Violent Media Effects on Viewers and Its Future Impact


Television, video games, social media, and news are all sources that may contain violent content of all degrees and target all groups. Imagine a child watching a cartoon on television, depicting a bloody battle between two parties; what can we expect this child to do to solve their problems? Imagine a teenager watching an aggressive film with scenes of stabbing or killing; what if they were raised in an environment that nourishes those violent ideas!

Violent behavior is any action by an individual that may harm the individual or others; the degree of violence varies from minor acts, such as pushing someone, to severe acts, such as killing. The media and entertainment industry often attracts viewers with deviant and extreme images and techniques; however, watching these acts continuously makes violence more palatable. Violent visual scenes will inevitably turn into real harm to oneself or others, and it will be even ingrained in the mind that aggressive reaction is the only way to resolving any conflict.

How does exposure to violent content affect children and young people?

  1. Physiological Effect

The hours a child or teenager spends watching television or playing video games have a tremendous impact on the neurotransmitters in the brain, releasing more of the hormone adrenaline (epinephrine) in response to emotional situations. In turn, excessive levels of this hormone increases stress and anxiety, which affect the heart's and arteries' health.

Likewise, exposure to provocative scenes and acts of violence, such as the sight of a gun or knife, conditions the brain for violence, making aggressive behavior more likely. This occurs by stimulating certain areas of the brain, such as the frontal lobe, which handles thinking, behavior, and decision-making, and the occipital lobe, which controls visual processing. As a result, it confuses the brain in distinguishing between what is real and what is imagined.

  1. Social Effect

We move from the preparation phase to experimentation; children and adolescents generally tend to imitate what they see, or store it temporarily in their memories. The human mind becomes active when observing a psychoactive behavior.

The child or adolescent starts employing the stored violent behavior in the situations they face, without taking into account the size of the risks associated with this act. Their reactions turn into aggression and violence towards others, leading to the spread of crime in society.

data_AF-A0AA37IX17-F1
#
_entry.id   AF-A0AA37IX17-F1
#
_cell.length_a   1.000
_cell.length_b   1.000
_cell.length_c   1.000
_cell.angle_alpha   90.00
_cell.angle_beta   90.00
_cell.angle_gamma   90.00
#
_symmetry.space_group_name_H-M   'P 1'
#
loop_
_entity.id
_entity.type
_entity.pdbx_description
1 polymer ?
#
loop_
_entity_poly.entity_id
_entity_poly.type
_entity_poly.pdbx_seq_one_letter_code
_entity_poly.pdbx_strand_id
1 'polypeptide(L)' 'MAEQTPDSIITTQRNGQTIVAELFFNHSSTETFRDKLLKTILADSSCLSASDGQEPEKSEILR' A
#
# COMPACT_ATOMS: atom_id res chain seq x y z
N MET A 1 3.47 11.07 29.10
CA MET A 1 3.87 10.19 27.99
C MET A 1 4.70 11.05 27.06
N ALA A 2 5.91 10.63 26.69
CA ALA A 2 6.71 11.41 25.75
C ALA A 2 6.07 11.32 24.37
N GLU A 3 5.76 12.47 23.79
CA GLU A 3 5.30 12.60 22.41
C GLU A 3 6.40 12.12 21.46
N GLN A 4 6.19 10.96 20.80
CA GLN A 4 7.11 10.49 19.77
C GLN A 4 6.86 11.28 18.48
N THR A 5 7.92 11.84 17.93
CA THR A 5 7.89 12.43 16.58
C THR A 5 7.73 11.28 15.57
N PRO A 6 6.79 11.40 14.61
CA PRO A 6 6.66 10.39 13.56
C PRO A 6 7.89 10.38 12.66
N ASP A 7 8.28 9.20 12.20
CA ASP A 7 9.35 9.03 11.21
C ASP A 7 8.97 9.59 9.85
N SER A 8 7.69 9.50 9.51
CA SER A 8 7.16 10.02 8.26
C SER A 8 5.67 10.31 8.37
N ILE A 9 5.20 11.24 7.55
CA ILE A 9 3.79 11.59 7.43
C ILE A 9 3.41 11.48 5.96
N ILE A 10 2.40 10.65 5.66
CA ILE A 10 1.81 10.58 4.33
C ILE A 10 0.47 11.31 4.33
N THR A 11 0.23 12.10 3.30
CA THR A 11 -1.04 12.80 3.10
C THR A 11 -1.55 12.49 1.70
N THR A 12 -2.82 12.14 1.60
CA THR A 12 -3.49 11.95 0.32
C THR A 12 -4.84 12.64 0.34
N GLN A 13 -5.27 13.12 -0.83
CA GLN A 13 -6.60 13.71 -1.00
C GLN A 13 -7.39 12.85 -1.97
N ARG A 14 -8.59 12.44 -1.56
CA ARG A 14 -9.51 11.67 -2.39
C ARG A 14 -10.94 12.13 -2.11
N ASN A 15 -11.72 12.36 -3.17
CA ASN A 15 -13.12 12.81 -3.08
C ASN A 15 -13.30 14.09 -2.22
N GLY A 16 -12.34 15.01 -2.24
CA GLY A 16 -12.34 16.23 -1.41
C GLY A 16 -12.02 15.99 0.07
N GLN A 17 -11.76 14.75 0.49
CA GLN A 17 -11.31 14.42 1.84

1.  Psychological Effect

Repeated exposure to violent scenes contributes to children's indifference, and leads to a decrease in the intensity of negative emotions towards exposure to scenes of violence. For example, rapid heart rate and excessive sweating result from exposure to bloodshed, but frequent exposure gets the child accustomed and less sensitive towards them. Overall, exposure to media violence causes anxiety and stress in children, leading to cloudy thinking and a lack of understanding for the values of respect and safety.

How can we overcome this issue?

  1. A specific screen time a day must be set for watching television or playing mobile games; it can total one hour a day. During this hour, the content a child is exposed to must be determined and monitored, provided that it is completely free of any violent practices.
  2. In their free time, the child must be provided positive alternatives, such as reading books or exercising. Despite their benefits, these activities engage the mind and make it less likely to sit in front of the television for hours on end.
  3. Parents should encourage their children to participate in household chores; they strengthen self-confidence and the bonding between children and parents. Gradually, children lose interest in watching television.
  4. Consider discussing family problems away from children; they acquire their behaviors from the situations their parents face and learn from their reactions.
  5. It is important to foster open communication with children and young people about the content they watch, and to provide support and guidance to find safer alternatives.

In conclusion, we must be selective about what we and our children watch, paying attention to their mental and physical health. We are all responsible for nurturing a safe environment for the growth and development of future generations.


Cover Image By freepik

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